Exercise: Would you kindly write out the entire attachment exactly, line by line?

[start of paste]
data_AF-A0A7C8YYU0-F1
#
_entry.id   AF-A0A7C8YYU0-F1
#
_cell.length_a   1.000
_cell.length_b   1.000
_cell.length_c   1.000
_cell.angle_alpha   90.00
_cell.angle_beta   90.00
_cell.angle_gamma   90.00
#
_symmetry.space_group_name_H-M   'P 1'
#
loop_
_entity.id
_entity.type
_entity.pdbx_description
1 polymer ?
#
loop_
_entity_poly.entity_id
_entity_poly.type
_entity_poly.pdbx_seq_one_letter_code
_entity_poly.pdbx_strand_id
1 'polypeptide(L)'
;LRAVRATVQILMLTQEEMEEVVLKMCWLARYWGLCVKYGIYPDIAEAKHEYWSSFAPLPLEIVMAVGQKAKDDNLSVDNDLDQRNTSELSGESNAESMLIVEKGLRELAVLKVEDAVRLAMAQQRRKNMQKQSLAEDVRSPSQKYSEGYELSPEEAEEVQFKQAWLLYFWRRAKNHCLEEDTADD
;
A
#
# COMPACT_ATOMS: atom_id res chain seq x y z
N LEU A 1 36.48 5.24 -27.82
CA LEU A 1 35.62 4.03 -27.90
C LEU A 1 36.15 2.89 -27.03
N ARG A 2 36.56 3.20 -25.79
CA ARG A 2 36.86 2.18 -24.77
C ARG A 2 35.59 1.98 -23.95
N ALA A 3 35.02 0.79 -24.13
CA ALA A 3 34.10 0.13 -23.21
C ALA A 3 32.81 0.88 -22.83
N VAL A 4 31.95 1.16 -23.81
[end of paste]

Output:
data_AF-A0A7C8YYU0-F1
#
_entry.id   AF-A0A7C8YYU0-F1
#
_cell.length_a   1.000
_cell.length_b   1.000
_cell.length_c   1.000
_cell.angle_alpha   90.00
_cell.angle_beta   90.00
_cell.angle_gamma   90.00
#
_symmetry.space_group_name_H-M   'P 1'
#
loop_
_entity.id
_entity.type
_entity.pdbx_description
1 polymer ?
#
loop_
_entity_poly.entity_id
_entity_poly.type
_entity_poly.pdbx_seq_one_letter_code
_entity_poly.pdbx_strand_id
1 'polypeptide(L)'
;LRAVRATVQILMLTQEEMEEVVLKMCWLARYWGLCVKYGIYPDIAEAKHEYWSSFAPLPLEIVMAVGQKAKDDNLSVDNDLDQRNTSELSGESNAESMLIVEKGLRELAVLKVEDAVRLAMAQQRRKNMQKQSLAEDVRSPSQKYSEGYELSPEEAEEVQFKQAWLLYFWRRAKNHCLEEDTADD
;
A
#
# COMPACT_ATOMS: atom_id res chain seq x y z
N LEU A 1 36.48 5.24 -27.82
CA LEU A 1 35.62 4.03 -27.90
C LEU A 1 36.15 2.89 -27.03
N ARG A 2 36.56 3.20 -25.79
CA ARG A 2 36.86 2.18 -24.77
C ARG A 2 35.59 1.98 -23.95
N ALA A 3 35.02 0.79 -24.13
CA ALA A 3 34.10 0.13 -23.21
C ALA A 3 32.81 0.88 -22.83
N VAL A 4 31.95 1.16 -23.81